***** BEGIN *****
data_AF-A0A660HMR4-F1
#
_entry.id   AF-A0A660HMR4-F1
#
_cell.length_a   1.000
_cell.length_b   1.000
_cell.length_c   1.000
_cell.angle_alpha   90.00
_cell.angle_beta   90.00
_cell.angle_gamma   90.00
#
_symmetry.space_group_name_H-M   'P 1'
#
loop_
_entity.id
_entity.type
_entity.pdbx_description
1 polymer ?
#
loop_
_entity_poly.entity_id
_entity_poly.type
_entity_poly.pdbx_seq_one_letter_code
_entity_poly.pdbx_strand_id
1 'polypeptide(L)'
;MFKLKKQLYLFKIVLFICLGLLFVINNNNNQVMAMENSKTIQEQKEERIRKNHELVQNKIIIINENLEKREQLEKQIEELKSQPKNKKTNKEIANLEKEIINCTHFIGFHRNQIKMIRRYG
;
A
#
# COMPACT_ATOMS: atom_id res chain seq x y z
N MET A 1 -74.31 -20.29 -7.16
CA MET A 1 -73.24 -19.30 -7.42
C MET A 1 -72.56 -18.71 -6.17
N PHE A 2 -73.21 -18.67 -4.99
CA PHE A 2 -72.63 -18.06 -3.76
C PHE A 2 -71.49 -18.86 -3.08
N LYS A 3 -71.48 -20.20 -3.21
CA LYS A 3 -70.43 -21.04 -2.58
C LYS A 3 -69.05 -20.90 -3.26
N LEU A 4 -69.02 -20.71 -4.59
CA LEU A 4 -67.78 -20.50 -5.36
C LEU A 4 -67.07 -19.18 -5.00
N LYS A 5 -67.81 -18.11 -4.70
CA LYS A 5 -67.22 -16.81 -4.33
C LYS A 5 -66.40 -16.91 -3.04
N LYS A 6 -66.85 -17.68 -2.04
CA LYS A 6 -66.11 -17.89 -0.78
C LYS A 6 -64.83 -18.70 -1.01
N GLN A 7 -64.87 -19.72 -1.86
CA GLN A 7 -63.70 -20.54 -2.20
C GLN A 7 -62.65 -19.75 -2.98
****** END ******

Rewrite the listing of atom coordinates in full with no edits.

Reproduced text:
data_AF-A0A660HMR4-F1
#
_entry.id   AF-A0A660HMR4-F1
#
_cell.length_a   1.000
_cell.length_b   1.000
_cell.length_c   1.000
_cell.angle_alpha   90.00
_cell.angle_beta   90.00
_cell.angle_gamma   90.00
#
_symmetry.space_group_name_H-M   'P 1'
#
loop_
_entity.id
_entity.type
_entity.pdbx_description
1 polymer ?
#
loop_
_entity_poly.entity_id
_entity_poly.type
_entity_poly.pdbx_seq_one_letter_code
_entity_poly.pdbx_strand_id
1 'polypeptide(L)'
;MFKLKKQLYLFKIVLFICLGLLFVINNNNNQVMAMENSKTIQEQKEERIRKNHELVQNKIIIINENLEKREQLEKQIEELKSQPKNKKTNKEIANLEKEIINCTHFIGFHRNQIKMIRRYG
;
A
#
# COMPACT_ATOMS: atom_id res chain seq x y z
N MET A 1 -74.31 -20.29 -7.16
CA MET A 1 -73.24 -19.30 -7.42
C MET A 1 -72.56 -18.71 -6.17
N PHE A 2 -73.21 -18.67 -4.99
CA PHE A 2 -72.63 -18.06 -3.76
C PHE A 2 -71.49 -18.86 -3.08
N LYS A 3 -71.48 -20.20 -3.21
CA LYS A 3 -70.43 -21.04 -2.58
C LYS A 3 -69.05 -20.90 -3.26
N LEU A 4 -69.02 -20.71 -4.59
CA LEU A 4 -67.78 -20.50 -5.36
C LEU A 4 -67.07 -19.18 -5.00
N LYS A 5 -67.81 -18.11 -4.70
CA LYS A 5 -67.22 -16.81 -4.33
C LYS A 5 -66.40 -16.91 -3.04
N LYS A 6 -66.85 -17.68 -2.04
CA LYS A 6 -66.11 -17.89 -0.78
C LYS A 6 -64.83 -18.70 -1.01
N GLN A 7 -64.87 -19.72 -1.86
CA GLN A 7 -63.70 -20.54 -2.20
C GLN A 7 -62.65 -19.75 -2.98